Instagram boss compares social media to cars, says people will die
Adam Mosseri is not doing Facebook any favors.
The Instagram manager was interviewed on the Recode Media podcast this week following a damning series of articles in the the Wall Street newspaper based on leaked internal Facebook documents. In the interview with host Peter Kafka, Mosseri tried to defend the negative effects of his platform on his users by comparing social media to cars. The gist of his argument? Some people will just get run over, and that’s the price we all pay.
“We know more people die than they would otherwise from car accidents, but overall, cars create a lot more value in the world than they destroy,” Mosseri said. “And I think social media is similar.”
The Newspaper The story in question explains how an internal Facebook search (Facebook owns Instagram) found that Instagram was making life worse for a segment of its users.
“We make body image problems worse for one in three teenage girls,” read a 2019 internal slide obtained by the newspaper. “Teens blame Instagram for increasing rates of anxiety and depression,” another read.
A trendy car wreck.
Credit: Arturo Holmes / getty
Responding to Mosseri’s comments on the car, Kafka rightly pointed out that automobiles are subject to intense safety regulation at the federal level, which Mosseri countered by oscillating between saying that social media regulation is welcome and , well, that it is also potentially problematic.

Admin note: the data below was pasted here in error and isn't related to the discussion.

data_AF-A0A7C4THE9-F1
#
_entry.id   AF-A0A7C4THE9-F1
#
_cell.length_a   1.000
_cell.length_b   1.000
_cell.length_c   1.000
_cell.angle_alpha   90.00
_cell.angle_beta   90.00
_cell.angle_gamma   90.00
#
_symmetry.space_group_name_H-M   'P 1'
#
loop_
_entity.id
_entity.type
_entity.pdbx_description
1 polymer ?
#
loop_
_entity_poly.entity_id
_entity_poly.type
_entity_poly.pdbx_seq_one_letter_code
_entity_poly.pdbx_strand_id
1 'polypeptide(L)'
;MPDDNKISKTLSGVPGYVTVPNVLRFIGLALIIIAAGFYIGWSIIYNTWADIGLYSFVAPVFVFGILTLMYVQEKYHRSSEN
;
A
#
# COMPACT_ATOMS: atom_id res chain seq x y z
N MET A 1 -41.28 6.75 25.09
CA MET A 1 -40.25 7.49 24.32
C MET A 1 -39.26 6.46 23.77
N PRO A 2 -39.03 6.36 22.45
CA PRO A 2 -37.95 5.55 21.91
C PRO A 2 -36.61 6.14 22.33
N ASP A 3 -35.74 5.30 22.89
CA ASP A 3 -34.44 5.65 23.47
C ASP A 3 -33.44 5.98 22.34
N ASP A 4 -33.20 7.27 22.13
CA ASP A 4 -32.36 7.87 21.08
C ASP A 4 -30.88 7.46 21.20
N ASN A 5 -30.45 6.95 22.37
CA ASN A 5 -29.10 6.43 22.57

“We think you have to be careful,” he said, “because regulation can cause more problems.”
Kafka wasn’t the only one to see and point out the inconsistency of Mosseri’s defense. Many on Twitter were quick to point out that Mosseri had come empty grabbing straws.
Mosseri’s analogy of fatal car crashes may have been a bit too much on the nose. The Facebook research reported by the Newspaper found that, as the newspaper says, “Among teens who reported suicidal thoughts, 13% of UK users and 6% of US users traced the desire to kill themselves to Instagram, a presentation showed.”
While Mosseri’s framing of social media as an ultimate societal benefit that just happens to have rather nasty negative externalities may shock some listeners to the Recode Media podcast, it follows in a long line of weird self-justification being made by Facebook. frames.
In 2018, BuzzFeed News published a memo written by then-Facebook vice president Andrew Bosworth (Bosworth has since managed to fail as head of Facebook’s Reality Labs, the division behind the privacy disaster in wait that is Facebook’s camera glasses). The 2016 document paints a damning picture of a company determined to ignore the real consequences of its services.
The memo claimed that Facebook’s goal was to connect people, and people could die from it, which would be bad, but it wouldn’t slow the business down.
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“Maybe it costs a life exposing someone to bullies,” Bosworth wrote. “Maybe someone dies in a coordinated terrorist attack on our tools. And we’re still connecting people.”
Looks like Mosseri and Bosworth have a lot to say. Too bad for the rest of us that the accumulated influence of men on the lives of billions of people means that we will all be forced to listen.